Yuri startled. Concern rang through him. “You don’t have Sasha?”
McBride frowned and tilted back to his chair. “No, but in the past hour, we’ve determined where she is likely being kept. And it seems the same group has sent a team to follow in Archibald’s footsteps. Luckily we have taken measures to erase those footsteps completely.”
“Who…who has Sasha?”
“You want to know?” McBride glowered down at Yuri. It was plainly a sore spot for the man. “I’ll show you.”
He motioned to Chen.
Yuri’s chest lit with fire, streaking in jagged lines across his chest, linking point to point, forming a crooked symbol on his chest, a letter, a fiery Greek letter.
McBride growled through Yuri’s agony. “They won’t be a problem for long.”
Despite her father’s fascination, Elizabeth had never been to India. She stared out the taxi van as it swept away from the airport. The windows were down but offered little relief from the heat, well over a hundred degrees.
Traffic moved at a snail’s pace, snarled amid rickshaws pulled by both bicycles and even one camel. She was close enough to a neighboring taxi, whose windows were also open, that she could smell the driver’s thin cigar as he chewed on its end. The smoke cut like a knife through the density of the city’s mélange of curry, filth, and cooking grease. The neighboring driver huffed at the traffic and pounded the heel of his hand on his horn.
The blare was barely heard above the chaos, made worse by a festival under way ahead, bright with the sounds of cymbals. All around, pedestrians packed the sidewalks and walked through the creeping cars, fighting for space with bicycles and motorcycles.
Elizabeth found her breathing growing heavier, her chest constricting—not from the humidity and heat but from the press of humanity. She wasn’t normally claustrophobic, but the noise, the unending vibrancy, the hawk and holler of so many people, blanketed her, squeezed her. Her hands formed fists on her knees.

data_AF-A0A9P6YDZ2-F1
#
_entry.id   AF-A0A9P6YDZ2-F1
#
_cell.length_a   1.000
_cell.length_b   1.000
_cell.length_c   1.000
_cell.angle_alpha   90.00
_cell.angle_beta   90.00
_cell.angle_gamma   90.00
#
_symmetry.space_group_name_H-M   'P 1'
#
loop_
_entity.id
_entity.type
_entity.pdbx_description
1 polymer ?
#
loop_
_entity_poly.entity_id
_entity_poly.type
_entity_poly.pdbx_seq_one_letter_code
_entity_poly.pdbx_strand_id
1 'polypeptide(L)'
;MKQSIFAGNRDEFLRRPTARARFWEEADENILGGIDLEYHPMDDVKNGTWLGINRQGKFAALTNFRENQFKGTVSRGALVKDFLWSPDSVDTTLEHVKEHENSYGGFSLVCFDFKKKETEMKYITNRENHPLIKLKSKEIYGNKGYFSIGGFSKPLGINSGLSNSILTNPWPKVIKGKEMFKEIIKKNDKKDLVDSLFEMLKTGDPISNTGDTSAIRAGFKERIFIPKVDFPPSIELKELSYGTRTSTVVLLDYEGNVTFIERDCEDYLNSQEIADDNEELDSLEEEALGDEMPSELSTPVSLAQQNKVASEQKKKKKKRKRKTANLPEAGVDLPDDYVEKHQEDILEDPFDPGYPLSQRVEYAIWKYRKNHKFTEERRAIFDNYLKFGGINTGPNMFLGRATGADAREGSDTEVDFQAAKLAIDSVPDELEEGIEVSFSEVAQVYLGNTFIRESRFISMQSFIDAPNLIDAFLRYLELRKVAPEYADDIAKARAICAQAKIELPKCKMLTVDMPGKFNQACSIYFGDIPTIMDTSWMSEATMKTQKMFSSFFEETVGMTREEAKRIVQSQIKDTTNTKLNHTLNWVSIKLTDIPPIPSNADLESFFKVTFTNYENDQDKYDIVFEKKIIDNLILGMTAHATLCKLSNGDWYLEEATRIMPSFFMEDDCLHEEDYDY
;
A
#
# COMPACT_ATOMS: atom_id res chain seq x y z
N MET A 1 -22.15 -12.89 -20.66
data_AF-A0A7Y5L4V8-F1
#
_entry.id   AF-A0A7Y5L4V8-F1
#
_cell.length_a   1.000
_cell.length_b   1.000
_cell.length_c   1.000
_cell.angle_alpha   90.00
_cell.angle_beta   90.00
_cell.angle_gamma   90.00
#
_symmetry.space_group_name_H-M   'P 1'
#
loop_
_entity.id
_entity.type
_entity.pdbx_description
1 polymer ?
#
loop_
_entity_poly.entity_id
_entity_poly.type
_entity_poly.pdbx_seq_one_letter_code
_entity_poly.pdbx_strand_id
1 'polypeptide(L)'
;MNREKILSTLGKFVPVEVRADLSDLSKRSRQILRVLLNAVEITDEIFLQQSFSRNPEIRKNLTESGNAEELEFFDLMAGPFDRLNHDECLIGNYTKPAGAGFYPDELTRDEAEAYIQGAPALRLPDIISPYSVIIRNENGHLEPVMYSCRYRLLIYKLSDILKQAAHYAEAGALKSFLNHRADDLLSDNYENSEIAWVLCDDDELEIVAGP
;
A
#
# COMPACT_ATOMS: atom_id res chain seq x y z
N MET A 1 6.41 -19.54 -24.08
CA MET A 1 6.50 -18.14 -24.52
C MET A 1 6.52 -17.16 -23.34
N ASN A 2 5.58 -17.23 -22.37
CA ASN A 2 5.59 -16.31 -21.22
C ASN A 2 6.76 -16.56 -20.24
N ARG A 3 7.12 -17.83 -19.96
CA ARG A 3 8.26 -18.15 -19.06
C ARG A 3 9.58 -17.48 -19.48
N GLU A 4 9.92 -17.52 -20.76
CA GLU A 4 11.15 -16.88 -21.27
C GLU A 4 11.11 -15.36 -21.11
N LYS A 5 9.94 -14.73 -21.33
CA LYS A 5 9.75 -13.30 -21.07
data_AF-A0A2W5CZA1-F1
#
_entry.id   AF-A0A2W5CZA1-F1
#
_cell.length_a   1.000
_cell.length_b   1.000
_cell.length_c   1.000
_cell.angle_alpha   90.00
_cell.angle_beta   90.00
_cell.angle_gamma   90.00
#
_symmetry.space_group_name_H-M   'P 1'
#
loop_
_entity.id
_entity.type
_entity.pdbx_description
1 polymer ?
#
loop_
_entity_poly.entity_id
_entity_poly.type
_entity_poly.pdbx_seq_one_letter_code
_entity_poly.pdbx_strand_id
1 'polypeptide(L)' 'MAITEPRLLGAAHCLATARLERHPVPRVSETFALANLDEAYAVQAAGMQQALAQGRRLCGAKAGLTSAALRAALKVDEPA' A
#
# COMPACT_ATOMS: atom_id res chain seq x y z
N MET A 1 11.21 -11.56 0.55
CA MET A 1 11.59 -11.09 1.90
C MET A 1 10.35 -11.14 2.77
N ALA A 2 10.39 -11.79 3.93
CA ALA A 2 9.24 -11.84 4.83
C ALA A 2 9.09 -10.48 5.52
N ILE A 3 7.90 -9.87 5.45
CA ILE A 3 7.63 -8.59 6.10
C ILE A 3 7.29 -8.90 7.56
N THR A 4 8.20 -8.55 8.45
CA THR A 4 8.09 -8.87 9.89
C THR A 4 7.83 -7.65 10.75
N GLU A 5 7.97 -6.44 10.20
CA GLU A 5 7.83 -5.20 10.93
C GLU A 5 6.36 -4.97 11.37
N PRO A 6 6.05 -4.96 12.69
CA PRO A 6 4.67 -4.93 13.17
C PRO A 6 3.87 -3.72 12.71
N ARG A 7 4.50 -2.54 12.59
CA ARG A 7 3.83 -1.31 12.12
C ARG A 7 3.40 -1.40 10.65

Finally, through judicious use of his own horn, the taxi driver broke through a gap and pushed for the next intersection. He turned the corner, and the way opened to a wider thoroughfare that aimed straight for the heart of the city.
Elizabeth sighed in relief.
“Finally,” Kowalski said next to her, echoing her sentiment. “We should’ve rented a van. I could’ve gotten us there faster.”
The large man was crammed against her side, but he seemed to sense her distress and tried to keep back, which didn’t help the other passenger sharing their row.
Beyond Kowalski, Shay Rosauro elbowed the large man for more room. Her face shone with a sheen of sweat. She had used the time stuck in traffic to undo the black bandanna that bound her hair and refold it into an efficient head scarf that tucked behind her ears.
Gray, who sat in the front passenger’s seat of the van, leaned toward the driver and pointed. The driver nodded. Gray settled back into place.
The final member of their company sat in the back row of the van. Luca Hearn wore an inscrutable expression, but his dark eyes seemed to watch everything. He had strapped two daggers to wrist sheaths before leaving the plane, prepared for an unwelcome homecoming to the land of his people.